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Q: Service stable track light is on, service traction control lights on, rough idle. New throttle body.

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Had my throttle body go out on vacation. Had a mechanic replace it. Driving back home, the service stable track, and service traction control lights come on. The idle is rough now, engine is not firing on all cylinders when idling. Shifts very hard from first to second gear. Throughs code p0300.

My car has 208000 miles.
My car has an automatic transmission.

Having symptoms such as this after having something like a throttle body replacement definitely suggests something went wrong with the installation, but not necessarily so. Coincidences happen every day in automotive. If I were working on this vehicle, I would be wondering if the throttle body replacement was needed or if it was a misdiagnosis. Unfortunately, there are many questions that need to be answered here.

First, you need a scanner that can communicate with the stability and traction control systems. First thing I would want to know is what codes are present. There are more than a few modules on your car that will produce codes. The P0300 code is from the PCM, which is a random cylinder misfire. You need to see what codes the stability control systems are setting. This will set me down the correct path to diagnose your vehicle. While I have the scanner hooked up, I would be looking at all relevant data for the ABS, traction, and stability control systems. These systems use the same sensors to make decisions.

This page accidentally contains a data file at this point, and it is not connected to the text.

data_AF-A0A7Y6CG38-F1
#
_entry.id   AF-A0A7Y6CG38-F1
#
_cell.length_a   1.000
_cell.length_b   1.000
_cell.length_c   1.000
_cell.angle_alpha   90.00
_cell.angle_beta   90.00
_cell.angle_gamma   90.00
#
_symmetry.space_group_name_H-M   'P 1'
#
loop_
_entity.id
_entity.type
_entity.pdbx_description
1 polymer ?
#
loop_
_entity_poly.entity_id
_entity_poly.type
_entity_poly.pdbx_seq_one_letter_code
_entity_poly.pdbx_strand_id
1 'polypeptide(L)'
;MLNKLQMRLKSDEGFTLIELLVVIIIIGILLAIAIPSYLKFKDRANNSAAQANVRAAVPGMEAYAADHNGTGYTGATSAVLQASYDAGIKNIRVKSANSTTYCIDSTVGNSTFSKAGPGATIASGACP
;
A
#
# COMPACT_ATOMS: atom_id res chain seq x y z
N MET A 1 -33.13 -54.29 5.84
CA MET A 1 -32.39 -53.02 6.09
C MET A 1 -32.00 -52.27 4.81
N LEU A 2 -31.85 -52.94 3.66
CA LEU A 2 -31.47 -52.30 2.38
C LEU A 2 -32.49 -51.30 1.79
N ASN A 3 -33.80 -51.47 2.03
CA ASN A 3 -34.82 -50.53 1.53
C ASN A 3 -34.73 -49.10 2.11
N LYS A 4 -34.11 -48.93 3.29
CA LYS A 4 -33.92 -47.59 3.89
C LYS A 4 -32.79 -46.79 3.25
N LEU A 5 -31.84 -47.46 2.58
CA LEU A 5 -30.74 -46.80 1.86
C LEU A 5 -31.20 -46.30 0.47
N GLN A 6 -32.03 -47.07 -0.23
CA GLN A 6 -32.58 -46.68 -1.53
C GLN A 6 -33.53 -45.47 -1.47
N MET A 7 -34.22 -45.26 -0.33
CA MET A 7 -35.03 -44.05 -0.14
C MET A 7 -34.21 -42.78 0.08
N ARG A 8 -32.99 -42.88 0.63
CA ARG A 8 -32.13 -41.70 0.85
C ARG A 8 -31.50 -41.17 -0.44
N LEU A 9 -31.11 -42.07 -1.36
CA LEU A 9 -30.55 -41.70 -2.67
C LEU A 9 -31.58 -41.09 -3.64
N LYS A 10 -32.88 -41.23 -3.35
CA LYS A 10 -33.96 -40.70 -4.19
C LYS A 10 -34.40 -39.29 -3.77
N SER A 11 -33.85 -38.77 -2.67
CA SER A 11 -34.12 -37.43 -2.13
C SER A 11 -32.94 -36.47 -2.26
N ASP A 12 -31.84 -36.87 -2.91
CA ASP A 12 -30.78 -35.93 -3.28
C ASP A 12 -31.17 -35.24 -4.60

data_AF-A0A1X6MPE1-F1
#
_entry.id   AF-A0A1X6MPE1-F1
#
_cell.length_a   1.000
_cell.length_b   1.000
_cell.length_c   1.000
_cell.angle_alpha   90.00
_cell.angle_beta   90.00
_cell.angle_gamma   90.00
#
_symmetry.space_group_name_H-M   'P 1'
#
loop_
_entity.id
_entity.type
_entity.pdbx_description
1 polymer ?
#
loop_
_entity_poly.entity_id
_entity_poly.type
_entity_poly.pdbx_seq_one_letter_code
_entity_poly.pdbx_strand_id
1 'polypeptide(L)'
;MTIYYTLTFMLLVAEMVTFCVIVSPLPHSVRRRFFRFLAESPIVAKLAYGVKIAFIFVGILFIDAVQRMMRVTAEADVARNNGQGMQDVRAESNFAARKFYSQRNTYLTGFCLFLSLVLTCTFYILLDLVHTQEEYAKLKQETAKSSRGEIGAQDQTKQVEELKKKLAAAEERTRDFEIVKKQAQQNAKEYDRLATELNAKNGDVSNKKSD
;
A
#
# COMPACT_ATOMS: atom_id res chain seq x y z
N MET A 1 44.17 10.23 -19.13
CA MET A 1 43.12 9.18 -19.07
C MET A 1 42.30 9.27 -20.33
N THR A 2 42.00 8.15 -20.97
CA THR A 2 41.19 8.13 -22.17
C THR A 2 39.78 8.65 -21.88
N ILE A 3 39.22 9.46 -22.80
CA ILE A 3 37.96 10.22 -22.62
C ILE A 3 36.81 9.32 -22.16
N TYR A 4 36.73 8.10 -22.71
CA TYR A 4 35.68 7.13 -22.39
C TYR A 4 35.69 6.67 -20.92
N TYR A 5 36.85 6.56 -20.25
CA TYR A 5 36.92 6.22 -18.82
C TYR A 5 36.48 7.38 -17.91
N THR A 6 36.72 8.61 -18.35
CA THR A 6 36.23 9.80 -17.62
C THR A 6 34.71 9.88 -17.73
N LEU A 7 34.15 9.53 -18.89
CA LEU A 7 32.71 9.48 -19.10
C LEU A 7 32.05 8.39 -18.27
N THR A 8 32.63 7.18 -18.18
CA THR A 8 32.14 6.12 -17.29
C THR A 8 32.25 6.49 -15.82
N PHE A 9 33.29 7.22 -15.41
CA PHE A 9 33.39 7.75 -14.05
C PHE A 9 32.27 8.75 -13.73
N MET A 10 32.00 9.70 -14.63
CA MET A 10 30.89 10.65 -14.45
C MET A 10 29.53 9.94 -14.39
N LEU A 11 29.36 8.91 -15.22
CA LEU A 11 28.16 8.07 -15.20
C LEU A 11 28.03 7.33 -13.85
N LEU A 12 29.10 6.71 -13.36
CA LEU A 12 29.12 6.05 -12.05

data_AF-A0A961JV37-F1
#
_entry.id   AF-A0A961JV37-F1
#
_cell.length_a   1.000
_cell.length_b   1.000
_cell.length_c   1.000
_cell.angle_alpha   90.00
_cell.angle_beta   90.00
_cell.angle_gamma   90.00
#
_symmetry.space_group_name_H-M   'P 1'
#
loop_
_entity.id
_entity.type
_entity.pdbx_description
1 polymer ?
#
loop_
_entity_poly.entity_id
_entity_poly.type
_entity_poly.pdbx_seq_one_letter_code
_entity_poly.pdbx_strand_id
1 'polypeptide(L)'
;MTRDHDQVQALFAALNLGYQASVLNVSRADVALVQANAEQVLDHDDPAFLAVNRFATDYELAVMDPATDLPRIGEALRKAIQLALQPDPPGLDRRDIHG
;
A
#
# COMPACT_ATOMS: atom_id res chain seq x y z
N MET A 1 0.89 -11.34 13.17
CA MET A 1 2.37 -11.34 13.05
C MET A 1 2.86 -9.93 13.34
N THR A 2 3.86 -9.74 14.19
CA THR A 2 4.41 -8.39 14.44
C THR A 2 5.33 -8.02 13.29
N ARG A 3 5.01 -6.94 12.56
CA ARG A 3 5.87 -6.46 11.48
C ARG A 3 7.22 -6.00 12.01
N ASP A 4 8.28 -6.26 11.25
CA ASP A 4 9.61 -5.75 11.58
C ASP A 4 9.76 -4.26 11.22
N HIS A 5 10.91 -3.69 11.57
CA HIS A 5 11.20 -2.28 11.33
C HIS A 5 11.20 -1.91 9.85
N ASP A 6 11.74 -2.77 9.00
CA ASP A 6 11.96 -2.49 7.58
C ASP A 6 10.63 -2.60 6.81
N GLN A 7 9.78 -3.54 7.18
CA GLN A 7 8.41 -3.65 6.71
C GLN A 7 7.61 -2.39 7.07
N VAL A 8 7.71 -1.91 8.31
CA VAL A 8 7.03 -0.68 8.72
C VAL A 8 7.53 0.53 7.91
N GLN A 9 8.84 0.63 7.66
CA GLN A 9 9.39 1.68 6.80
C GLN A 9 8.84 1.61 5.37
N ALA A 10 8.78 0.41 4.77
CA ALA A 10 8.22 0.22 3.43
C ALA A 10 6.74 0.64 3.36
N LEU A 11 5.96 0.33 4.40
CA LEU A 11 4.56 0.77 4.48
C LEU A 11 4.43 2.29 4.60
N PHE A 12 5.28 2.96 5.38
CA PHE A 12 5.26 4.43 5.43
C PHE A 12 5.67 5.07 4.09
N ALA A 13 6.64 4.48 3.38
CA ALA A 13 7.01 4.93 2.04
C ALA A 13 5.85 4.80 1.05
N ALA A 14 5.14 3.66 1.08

If I were to make a guess at what is going on in your case, based on the symptoms you describe, I would be looking for some pinched wiring that resulted from the throttle body installation. This is an easy thing to do as a mechanic. It has happened to me many times. The throttle body is used by the PCM (Powertrain Control Module) to make several calculations involved in all aspects of vehicle controls systems. Some of the wires connected to the throttle body, if pinched, will affect many other systems randomly. In addition to a pinched wire, I would be looking for a vacuum leak either from a hose that was left off, or from the improper mounting of the throttle body.

One thing I am wondering is how long was it before the symptoms you are experiencing started after the throttle body replacement? Usually, if a wire is pinched, it won’t take long. So lets assume the throttle body has been replaced correctly. The next thing I am wondering is, what is the brand of the part that has been installed on your vehicle? Many aftermarket parts don’t work well with factory computer systems. Small differences in the electronics can make a big difference to the PCM. There are many quality aftermarket products, but there are also a few I wouldn’t install if I could avoid it.

If all mentioned above is ruled out, then it’s time to begin diagnosing with the assumption that these are new problems. As stated before, retrieving the codes and accessing sensor data is paramount. There are many sensors involved with the stability control. The only way to pinpoint a specific failure is to study scan tool data. Most people don’t have access to a scan tool that is capable of diagnosing such systems, so if you inspect everything and don’t find a vacuum leak or a pinched wire or wiring harness damage, you are going to need to take this one to a technician. Often times it is something simple, but just as often these systems can be very difficult to diagnose. If you would like a proper diagnosis of your warning light, a technician from YourMechanic can come to your home or office to inspect your car and let you know exactly what is going on.

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